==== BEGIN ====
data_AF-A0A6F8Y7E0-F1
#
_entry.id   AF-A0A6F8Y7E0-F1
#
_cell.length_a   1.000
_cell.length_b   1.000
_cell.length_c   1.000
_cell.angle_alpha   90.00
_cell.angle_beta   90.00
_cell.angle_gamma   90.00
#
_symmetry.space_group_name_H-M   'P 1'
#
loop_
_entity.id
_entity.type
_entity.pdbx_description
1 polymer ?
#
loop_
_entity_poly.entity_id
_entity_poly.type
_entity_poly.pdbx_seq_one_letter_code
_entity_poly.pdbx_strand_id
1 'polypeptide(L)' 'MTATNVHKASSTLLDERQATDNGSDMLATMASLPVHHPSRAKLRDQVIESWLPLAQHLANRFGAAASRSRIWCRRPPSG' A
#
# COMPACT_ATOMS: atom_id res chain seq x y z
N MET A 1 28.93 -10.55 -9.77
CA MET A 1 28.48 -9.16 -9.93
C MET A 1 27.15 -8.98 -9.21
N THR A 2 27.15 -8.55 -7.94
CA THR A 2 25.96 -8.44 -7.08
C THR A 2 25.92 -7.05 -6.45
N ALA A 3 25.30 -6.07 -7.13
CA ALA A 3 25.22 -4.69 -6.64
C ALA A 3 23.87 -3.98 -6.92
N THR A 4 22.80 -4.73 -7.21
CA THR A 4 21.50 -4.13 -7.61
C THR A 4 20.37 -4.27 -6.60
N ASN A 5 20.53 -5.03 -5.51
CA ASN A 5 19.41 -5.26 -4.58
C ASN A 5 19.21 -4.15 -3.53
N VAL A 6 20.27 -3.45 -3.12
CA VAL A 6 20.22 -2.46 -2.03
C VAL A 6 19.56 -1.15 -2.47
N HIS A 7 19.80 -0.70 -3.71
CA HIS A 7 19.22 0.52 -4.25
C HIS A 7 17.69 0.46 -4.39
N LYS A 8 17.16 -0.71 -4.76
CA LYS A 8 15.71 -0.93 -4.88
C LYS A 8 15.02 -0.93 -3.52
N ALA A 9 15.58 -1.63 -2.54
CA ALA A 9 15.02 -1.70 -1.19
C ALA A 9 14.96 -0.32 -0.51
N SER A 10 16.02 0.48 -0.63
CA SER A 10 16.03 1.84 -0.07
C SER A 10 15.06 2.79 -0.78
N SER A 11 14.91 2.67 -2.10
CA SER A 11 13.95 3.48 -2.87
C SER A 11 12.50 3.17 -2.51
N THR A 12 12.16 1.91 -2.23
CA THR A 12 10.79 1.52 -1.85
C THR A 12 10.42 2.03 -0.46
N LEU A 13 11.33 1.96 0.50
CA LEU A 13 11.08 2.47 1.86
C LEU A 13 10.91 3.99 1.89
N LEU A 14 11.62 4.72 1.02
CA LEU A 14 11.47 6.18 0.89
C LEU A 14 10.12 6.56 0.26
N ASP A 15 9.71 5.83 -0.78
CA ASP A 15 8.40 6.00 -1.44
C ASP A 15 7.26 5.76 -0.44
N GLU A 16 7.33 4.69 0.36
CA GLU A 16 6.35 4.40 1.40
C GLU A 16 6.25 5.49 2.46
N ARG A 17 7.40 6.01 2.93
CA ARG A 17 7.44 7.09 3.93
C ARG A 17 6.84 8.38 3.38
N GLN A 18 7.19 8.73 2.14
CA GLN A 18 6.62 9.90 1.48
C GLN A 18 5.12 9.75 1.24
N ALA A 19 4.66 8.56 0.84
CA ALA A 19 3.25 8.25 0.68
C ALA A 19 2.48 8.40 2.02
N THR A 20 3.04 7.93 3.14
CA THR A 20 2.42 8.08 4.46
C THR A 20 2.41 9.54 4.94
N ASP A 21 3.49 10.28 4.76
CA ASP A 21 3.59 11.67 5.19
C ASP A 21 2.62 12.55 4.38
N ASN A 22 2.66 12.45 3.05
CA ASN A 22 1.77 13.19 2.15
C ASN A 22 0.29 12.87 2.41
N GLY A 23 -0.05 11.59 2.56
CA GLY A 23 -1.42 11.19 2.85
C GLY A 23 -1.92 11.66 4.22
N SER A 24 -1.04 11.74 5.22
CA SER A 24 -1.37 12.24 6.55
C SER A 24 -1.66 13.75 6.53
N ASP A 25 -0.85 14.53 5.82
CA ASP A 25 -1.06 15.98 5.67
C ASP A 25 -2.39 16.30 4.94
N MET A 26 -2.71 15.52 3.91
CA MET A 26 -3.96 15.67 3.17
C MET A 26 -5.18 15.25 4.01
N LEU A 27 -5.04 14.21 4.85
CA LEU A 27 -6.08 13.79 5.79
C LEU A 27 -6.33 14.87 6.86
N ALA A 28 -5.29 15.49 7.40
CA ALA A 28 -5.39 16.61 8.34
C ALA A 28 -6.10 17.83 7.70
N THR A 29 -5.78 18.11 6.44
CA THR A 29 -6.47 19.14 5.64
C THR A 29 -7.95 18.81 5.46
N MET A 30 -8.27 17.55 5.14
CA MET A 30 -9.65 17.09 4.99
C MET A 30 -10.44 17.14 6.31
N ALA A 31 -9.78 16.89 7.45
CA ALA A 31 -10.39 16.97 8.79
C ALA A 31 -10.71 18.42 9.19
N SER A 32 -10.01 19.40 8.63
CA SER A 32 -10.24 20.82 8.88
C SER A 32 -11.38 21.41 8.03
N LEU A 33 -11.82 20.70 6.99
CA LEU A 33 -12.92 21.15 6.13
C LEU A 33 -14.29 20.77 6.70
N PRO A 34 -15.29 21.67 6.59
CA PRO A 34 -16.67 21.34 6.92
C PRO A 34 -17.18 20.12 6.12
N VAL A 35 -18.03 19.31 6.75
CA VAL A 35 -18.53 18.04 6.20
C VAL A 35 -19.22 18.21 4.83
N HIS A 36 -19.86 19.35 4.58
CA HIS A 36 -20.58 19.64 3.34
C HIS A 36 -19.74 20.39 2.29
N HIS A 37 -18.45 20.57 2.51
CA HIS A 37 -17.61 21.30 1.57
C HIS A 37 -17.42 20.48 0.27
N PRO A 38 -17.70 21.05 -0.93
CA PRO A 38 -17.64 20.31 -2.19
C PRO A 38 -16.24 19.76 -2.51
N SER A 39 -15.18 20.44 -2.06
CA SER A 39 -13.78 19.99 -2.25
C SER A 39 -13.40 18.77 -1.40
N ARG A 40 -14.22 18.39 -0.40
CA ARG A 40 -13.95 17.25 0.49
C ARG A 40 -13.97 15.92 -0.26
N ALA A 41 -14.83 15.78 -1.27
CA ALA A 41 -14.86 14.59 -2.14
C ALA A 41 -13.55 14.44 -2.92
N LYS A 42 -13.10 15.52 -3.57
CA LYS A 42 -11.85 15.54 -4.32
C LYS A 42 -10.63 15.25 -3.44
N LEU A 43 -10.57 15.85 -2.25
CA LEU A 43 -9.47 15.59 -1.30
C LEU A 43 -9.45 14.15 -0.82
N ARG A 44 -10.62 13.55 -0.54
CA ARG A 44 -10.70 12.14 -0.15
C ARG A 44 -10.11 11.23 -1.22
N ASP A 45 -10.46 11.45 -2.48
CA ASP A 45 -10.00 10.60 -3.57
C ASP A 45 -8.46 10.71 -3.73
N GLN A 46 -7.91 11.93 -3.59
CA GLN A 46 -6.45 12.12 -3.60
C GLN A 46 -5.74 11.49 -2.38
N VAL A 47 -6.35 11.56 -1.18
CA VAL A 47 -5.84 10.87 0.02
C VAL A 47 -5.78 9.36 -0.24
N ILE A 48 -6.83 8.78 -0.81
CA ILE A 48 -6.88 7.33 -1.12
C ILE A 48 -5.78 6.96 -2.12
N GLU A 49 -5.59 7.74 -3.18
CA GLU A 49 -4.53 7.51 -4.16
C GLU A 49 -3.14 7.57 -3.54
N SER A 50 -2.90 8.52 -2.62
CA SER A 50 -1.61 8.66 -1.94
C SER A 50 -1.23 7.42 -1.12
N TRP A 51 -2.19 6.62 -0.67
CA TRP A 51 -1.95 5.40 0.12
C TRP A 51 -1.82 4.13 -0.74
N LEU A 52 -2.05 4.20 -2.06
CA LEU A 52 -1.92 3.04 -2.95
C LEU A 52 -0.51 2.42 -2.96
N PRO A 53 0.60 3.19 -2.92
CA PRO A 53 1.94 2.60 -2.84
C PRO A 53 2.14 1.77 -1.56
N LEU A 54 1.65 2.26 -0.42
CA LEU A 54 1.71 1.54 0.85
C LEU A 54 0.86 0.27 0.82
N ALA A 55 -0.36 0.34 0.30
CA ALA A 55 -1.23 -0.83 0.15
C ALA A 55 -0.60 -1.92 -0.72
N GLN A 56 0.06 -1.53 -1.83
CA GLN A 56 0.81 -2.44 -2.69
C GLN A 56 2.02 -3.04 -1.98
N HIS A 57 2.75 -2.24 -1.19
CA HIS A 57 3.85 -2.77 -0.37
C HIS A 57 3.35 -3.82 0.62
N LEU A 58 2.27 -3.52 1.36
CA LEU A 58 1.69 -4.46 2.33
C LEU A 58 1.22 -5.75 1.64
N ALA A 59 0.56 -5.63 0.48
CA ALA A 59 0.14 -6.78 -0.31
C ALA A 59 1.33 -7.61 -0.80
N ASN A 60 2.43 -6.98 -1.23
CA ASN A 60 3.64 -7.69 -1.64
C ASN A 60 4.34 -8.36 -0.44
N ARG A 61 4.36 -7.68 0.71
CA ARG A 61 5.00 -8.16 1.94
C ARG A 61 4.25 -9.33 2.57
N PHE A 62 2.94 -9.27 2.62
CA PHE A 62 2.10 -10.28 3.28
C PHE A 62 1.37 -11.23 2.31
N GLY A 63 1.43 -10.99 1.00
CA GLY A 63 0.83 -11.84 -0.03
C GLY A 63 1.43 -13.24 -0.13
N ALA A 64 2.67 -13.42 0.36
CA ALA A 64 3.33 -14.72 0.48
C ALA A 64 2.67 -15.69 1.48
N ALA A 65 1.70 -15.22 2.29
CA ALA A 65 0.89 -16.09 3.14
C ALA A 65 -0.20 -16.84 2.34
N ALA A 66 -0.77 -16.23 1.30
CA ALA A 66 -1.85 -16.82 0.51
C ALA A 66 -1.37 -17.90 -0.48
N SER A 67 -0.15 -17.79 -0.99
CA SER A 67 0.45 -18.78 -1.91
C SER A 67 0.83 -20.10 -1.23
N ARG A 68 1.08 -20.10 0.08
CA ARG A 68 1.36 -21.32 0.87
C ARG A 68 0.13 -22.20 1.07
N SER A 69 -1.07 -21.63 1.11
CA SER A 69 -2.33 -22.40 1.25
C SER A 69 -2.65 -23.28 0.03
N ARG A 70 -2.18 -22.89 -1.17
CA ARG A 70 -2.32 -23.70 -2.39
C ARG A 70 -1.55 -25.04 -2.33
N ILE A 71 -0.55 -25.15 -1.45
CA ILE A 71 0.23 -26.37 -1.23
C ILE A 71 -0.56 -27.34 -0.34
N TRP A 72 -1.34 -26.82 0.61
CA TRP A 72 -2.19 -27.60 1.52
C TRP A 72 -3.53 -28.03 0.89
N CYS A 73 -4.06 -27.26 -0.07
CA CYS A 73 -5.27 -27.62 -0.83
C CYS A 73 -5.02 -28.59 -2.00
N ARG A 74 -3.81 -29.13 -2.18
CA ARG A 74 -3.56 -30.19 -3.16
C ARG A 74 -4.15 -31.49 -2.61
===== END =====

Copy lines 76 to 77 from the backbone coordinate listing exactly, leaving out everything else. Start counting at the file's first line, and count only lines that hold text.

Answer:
N ARG A 17 7.40 6.01 2.93
CA ARG A 17 7.44 7.09 3.93